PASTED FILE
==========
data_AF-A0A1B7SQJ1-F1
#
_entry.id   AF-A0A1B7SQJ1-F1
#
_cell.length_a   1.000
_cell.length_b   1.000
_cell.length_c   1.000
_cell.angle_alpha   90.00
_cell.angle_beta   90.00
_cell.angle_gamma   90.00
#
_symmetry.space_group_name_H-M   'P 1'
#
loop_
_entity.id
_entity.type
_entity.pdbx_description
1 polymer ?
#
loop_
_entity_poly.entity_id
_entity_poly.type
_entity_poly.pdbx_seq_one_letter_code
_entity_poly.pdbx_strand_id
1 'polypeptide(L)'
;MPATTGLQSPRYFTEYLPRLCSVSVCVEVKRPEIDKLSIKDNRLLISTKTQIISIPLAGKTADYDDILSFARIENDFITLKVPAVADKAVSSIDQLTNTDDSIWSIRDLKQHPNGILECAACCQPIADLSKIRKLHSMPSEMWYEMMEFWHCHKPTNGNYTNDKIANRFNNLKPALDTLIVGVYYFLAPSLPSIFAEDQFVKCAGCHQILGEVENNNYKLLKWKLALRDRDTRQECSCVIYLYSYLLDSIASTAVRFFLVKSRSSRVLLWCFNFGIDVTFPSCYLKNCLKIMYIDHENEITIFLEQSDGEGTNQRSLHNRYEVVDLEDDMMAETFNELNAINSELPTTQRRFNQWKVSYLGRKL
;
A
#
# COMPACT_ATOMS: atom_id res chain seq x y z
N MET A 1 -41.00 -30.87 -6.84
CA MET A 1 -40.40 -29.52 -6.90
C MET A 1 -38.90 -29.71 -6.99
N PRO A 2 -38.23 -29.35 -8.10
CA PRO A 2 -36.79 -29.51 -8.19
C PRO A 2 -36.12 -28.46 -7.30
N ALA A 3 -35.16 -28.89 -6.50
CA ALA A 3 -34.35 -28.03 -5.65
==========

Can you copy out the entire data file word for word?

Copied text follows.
data_AF-A0A1B7SQJ1-F1
#
_entry.id   AF-A0A1B7SQJ1-F1
#
_cell.length_a   1.000
_cell.length_b   1.000
_cell.length_c   1.000
_cell.angle_alpha   90.00
_cell.angle_beta   90.00
_cell.angle_gamma   90.00
#
_symmetry.space_group_name_H-M   'P 1'
#
loop_
_entity.id
_entity.type
_entity.pdbx_description
1 polymer ?
#
loop_
_entity_poly.entity_id
_entity_poly.type
_entity_poly.pdbx_seq_one_letter_code
_entity_poly.pdbx_strand_id
1 'polypeptide(L)'
;MPATTGLQSPRYFTEYLPRLCSVSVCVEVKRPEIDKLSIKDNRLLISTKTQIISIPLAGKTADYDDILSFARIENDFITLKVPAVADKAVSSIDQLTNTDDSIWSIRDLKQHPNGILECAACCQPIADLSKIRKLHSMPSEMWYEMMEFWHCHKPTNGNYTNDKIANRFNNLKPALDTLIVGVYYFLAPSLPSIFAEDQFVKCAGCHQILGEVENNNYKLLKWKLALRDRDTRQECSCVIYLYSYLLDSIASTAVRFFLVKSRSSRVLLWCFNFGIDVTFPSCYLKNCLKIMYIDHENEITIFLEQSDGEGTNQRSLHNRYEVVDLEDDMMAETFNELNAINSELPTTQRRFNQWKVSYLGRKL
;
A
#
# COMPACT_ATOMS: atom_id res chain seq x y z
N MET A 1 -41.00 -30.87 -6.84
CA MET A 1 -40.40 -29.52 -6.90
C MET A 1 -38.90 -29.71 -6.99
N PRO A 2 -38.23 -29.35 -8.10
CA PRO A 2 -36.79 -29.51 -8.19
C PRO A 2 -36.12 -28.46 -7.30
N ALA A 3 -35.16 -28.89 -6.50
CA ALA A 3 -34.35 -28.03 -5.65